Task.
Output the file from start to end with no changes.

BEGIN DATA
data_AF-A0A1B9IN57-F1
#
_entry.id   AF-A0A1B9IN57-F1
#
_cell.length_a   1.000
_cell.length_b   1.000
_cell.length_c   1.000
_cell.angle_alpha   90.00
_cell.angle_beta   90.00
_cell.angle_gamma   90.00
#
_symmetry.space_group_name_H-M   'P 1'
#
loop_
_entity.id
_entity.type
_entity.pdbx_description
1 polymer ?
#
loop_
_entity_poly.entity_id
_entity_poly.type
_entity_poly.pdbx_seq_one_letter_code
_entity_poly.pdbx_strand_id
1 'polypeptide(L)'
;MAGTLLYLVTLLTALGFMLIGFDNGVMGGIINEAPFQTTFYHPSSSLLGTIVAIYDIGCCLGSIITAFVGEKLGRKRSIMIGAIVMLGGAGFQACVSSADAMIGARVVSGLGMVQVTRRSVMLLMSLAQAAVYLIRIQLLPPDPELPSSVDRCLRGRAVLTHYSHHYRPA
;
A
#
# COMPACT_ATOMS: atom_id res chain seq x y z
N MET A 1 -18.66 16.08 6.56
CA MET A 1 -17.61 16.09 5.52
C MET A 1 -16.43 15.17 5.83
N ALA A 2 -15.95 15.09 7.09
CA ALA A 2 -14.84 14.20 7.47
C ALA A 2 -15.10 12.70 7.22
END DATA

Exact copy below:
data_AF-A0A1B9IN57-F1
#
_entry.id   AF-A0A1B9IN57-F1
#
_cell.length_a   1.000
_cell.length_b   1.000
_cell.length_c   1.000
_cell.angle_alpha   90.00
_cell.angle_beta   90.00
_cell.angle_gamma   90.00
#
_symmetry.space_group_name_H-M   'P 1'
#
loop_
_entity.id
_entity.type
_entity.pdbx_description
1 polymer ?
#
loop_
_entity_poly.entity_id
_entity_poly.type
_entity_poly.pdbx_seq_one_letter_code
_entity_poly.pdbx_strand_id
1 'polypeptide(L)'
;MAGTLLYLVTLLTALGFMLIGFDNGVMGGIINEAPFQTTFYHPSSSLLGTIVAIYDIGCCLGSIITAFVGEKLGRKRSIMIGAIVMLGGAGFQACVSSADAMIGARVVSGLGMVQVTRRSVMLLMSLAQAAVYLIRIQLLPPDPELPSSVDRCLRGRAVLTHYSHHYRPA
;
A
#
# COMPACT_ATOMS: atom_id res chain seq x y z
N MET A 1 -18.66 16.08 6.56
CA MET A 1 -17.61 16.09 5.52
C MET A 1 -16.43 15.17 5.83
N ALA A 2 -15.95 15.09 7.09
CA ALA A 2 -14.84 14.20 7.47
C ALA A 2 -15.10 12.70 7.22